"Sustainable Society" mission area: Full-scale R&D Project


Small-start Type: Full-scale R&D Projects

Pioneering new food resources from wild plants for sustainable food supply under fluctuating environment caused by global warming

Project Leader

SATO Yutakaexlink

Prioritized Theme Breakthrough technologies to accelerate breeding and strain improvement in biological production for a sustainable society
R&D Period 2023.04-(Feasibility Study: 2020.11-2023.03)
Grant Number JPMJMI23C1
Project Summary SummaryPDF(PDF:641KB)

This research aims to create novel stress-tolerant crops that can withstand various stresses at levels not achieved by conventional crop breeding by imparting characteristics of agricultural crops (non-shattering, seed enlargement, and increased yield) to wild plants (weeds). We mainly use wild Oryza with high-stress tolerance as the primary research target. In this project, wild Oryza species, which are difficult to utilize through conventional breeding, will be genome-edited by a unique gene transfer technology to control the shattering and grain size. We aim to, thereby provide advantageous traits as an agricultural crop to the species and make it into an agricultural resource. Furthermore, by the in vitro fertilization of egg and sperm cells, we aim to develop new food resources by creating new rice varieties that have both the superior traits of wild species and the characteristics of cultivated rice species, which are genetically distant and cannot be crossed with each other. In the coming term, salt-tolerant wild Oryza will be domesticated by our original technology to produce new crops to cope with the salt damage due to climate change.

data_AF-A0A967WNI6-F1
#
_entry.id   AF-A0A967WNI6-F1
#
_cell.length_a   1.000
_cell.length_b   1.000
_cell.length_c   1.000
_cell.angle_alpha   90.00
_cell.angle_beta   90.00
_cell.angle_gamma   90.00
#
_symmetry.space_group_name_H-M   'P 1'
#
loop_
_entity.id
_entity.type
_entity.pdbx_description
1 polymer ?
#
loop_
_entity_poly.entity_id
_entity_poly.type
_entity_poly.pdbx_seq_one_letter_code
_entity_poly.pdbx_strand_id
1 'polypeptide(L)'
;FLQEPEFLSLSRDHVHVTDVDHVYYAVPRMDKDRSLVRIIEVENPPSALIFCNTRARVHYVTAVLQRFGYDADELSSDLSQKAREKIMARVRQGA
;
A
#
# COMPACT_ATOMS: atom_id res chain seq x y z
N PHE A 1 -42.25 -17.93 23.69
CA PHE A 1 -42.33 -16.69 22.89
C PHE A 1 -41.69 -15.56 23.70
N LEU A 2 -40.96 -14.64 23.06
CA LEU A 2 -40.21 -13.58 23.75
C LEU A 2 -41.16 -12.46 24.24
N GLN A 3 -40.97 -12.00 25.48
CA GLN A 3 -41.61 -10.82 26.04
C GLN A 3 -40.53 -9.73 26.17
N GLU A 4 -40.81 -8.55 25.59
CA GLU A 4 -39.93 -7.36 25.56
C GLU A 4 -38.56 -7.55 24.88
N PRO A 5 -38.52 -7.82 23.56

R&D Team

Tokyo Metropolitan University, Nagoya University, Okayama University, RIKEN, Yokohama City University, Tottori University, GRA&GREEN inc.

* This project is launched by integrating the following feasibility studies; "New genomic breeding using cybrid plants between the three most important crops " (OKAMOTO Takashi) and "Pioneering new food resources from wild crop progenitors" (SATO Yutaka)

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